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Intel Has Autonomous Driving Ambitions


Image via kevin laminto on Unsplash

In 2017, Intel acquired Israeli autonomous driving technology company Mobileye for $15.3 billion. The acquisition gave Intel a wide range of technologies used in autonomous driving and the extensive list of car manufacturers Mobileye was already working with.


"The combination is expected to accelerate innovation for the automotive industry and position Intel as a leading technology provider in the fast-growing market for highly and fully autonomous vehicles," Intel said of the acquisition. "Intel estimates the vehicle systems, data and services market opportunity to be up to $70 billion by 2030."


As part of the deal, Intel made Mobileye co-founder and CTO Amnon Shashua head of Intel's autonomous driving division, based out of Israel.


This week, Intel acquired another Israeli company to bolster its position in the autonomous driving market. Intel acquired Moovit, which analyses traffic patterns and provides the data to third parties such as Uber and approximately 7,500 transit authorities. The deal values Moovit at $900 million, but Intel said the acquisition price is $840 million as a result of previous investments in the startup.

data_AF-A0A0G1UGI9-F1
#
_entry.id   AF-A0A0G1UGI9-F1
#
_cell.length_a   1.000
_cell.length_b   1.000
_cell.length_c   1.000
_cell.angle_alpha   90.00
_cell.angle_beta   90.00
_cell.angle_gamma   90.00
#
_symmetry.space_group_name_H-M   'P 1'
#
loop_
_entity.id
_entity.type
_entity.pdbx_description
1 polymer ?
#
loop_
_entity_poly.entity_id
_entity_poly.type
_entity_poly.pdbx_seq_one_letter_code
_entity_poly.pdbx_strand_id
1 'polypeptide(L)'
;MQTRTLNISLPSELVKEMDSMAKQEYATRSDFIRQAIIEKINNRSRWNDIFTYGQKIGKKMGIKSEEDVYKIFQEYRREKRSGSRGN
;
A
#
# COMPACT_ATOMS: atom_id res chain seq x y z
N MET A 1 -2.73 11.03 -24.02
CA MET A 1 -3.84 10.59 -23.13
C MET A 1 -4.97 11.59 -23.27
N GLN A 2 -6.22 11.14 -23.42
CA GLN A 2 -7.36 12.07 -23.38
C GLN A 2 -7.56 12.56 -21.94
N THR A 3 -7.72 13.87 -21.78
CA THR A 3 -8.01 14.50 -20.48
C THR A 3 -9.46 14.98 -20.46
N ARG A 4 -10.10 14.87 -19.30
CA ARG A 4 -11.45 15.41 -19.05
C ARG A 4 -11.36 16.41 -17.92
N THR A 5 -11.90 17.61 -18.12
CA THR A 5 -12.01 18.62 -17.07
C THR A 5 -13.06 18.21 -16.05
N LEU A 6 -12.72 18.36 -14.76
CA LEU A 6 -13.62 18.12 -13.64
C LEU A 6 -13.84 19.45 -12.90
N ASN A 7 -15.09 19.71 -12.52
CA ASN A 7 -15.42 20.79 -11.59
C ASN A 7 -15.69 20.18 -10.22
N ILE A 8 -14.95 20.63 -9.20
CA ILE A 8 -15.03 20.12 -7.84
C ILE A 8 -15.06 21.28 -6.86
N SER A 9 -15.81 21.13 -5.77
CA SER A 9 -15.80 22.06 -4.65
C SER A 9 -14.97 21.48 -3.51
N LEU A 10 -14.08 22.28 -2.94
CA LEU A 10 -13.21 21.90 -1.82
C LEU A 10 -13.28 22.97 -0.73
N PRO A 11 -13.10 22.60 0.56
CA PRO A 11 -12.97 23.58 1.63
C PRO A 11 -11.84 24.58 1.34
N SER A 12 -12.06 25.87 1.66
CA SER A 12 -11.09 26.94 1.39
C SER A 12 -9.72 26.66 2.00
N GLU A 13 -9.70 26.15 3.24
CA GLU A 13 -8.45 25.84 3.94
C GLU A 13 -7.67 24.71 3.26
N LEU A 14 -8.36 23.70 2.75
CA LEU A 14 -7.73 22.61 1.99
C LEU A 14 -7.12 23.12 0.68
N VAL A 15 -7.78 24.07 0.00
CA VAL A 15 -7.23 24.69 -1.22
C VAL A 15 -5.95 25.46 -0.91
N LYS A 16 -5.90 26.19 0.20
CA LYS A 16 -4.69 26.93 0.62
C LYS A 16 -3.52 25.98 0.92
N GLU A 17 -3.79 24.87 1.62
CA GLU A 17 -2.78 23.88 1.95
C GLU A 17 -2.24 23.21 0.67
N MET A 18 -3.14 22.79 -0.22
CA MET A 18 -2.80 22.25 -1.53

The acquisition of Moovit shouldn't come as much of a surprise. Along with being an investor in Moovit, the two companies had already been working together. Furthermore, Amnon Shashua has been on Moovit’s Board of Directors as an observer.


With auto manufacturing halted throughout much of the world, Intel viewed this is a perfect opportunity to be aggressive with its autonomous driving ambitions.


"While others working on AV R&D may slow down or downsize their ambitions given the headwinds in our economy, we saw an opportunity to acquire a valuable asset that will help us realize our vision for driverless MaaS even faster," Shashua wrote in a blog post.


Intel is clearly working towards becoming a full-service provider of technologies for autonomous driving. The deal allows Intel to integrate Moovit’s technology into Mobileye’s "mobility as a service" (MaaS) offering, which is currently used in 60 million vehicles worldwide.


"Intel’s purpose is to create world-changing technology that enriches the lives of every person on Earth, and our Mobileye team delivers on that purpose every day," Intel CEO Bob Swan said. "Mobileye’s ADAS technology is already improving the safety of millions of cars on the road, and Moovit accelerates their ability to truly revolutionize transportation — reducing congestion and saving lives — as a full-stack mobility provider."


While traditional auto manufacturers struggle with the effects of the coronavirus, it will be interesting to see if Intel's aggressive foray into autonomous driving technologies positions the company as a leader in the sector in the years to come.

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